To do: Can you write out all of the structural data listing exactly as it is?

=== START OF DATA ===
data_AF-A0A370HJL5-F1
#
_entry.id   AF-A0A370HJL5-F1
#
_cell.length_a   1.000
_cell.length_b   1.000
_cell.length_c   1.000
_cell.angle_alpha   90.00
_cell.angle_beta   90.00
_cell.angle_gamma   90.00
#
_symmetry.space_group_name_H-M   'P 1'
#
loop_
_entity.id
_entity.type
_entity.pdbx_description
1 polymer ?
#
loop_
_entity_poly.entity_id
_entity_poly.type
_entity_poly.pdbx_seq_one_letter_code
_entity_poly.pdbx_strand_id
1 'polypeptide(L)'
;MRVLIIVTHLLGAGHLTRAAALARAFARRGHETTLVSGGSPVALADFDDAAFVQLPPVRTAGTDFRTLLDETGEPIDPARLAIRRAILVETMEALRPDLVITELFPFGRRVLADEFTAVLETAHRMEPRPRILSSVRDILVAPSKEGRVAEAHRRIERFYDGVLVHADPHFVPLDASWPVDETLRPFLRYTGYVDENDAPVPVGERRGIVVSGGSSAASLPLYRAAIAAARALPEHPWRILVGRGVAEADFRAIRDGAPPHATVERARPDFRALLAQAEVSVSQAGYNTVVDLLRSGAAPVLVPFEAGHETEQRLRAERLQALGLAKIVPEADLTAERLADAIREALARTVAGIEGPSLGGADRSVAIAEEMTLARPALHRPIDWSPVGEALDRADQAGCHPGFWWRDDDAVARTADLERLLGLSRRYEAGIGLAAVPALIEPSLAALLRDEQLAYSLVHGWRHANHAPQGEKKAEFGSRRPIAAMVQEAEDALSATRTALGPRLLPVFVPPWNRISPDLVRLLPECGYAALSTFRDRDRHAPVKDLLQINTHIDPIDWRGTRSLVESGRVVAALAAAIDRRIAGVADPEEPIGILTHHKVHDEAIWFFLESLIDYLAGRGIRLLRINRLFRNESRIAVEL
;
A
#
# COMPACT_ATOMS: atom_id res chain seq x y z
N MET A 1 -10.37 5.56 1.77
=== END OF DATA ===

data_AF-A0A370HJL5-F1
#
_entry.id   AF-A0A370HJL5-F1
#
_cell.length_a   1.000
_cell.length_b   1.000
_cell.length_c   1.000
_cell.angle_alpha   90.00
_cell.angle_beta   90.00
_cell.angle_gamma   90.00
#
_symmetry.space_group_name_H-M   'P 1'
#
loop_
_entity.id
_entity.type
_entity.pdbx_description
1 polymer ?
#
loop_
_entity_poly.entity_id
_entity_poly.type
_entity_poly.pdbx_seq_one_letter_code
_entity_poly.pdbx_strand_id
1 'polypeptide(L)'
;MRVLIIVTHLLGAGHLTRAAALARAFARRGHETTLVSGGSPVALADFDDAAFVQLPPVRTAGTDFRTLLDETGEPIDPARLAIRRAILVETMEALRPDLVITELFPFGRRVLADEFTAVLETAHRMEPRPRILSSVRDILVAPSKEGRVAEAHRRIERFYDGVLVHADPHFVPLDASWPVDETLRPFLRYTGYVDENDAPVPVGERRGIVVSGGSSAASLPLYRAAIAAARALPEHPWRILVGRGVAEADFRAIRDGAPPHATVERARPDFRALLAQAEVSVSQAGYNTVVDLLRSGAAPVLVPFEAGHETEQRLRAERLQALGLAKIVPEADLTAERLADAIREALARTVAGIEGPSLGGADRSVAIAEEMTLARPALHRPIDWSPVGEALDRADQAGCHPGFWWRDDDAVARTADLERLLGLSRRYEAGIGLAAVPALIEPSLAALLRDEQLAYSLVHGWRHANHAPQGEKKAEFGSRRPIAAMVQEAEDALSATRTALGPRLLPVFVPPWNRISPDLVRLLPECGYAALSTFRDRDRHAPVKDLLQINTHIDPIDWRGTRSLVESGRVVAALAAAIDRRIAGVADPEEPIGILTHHKVHDEAIWFFLESLIDYLAGRGIRLLRINRLFRNESRIAVEL
;
A
#
# COMPACT_ATOMS: atom_id res chain seq x y z
N MET A 1 -10.37 5.56 1.77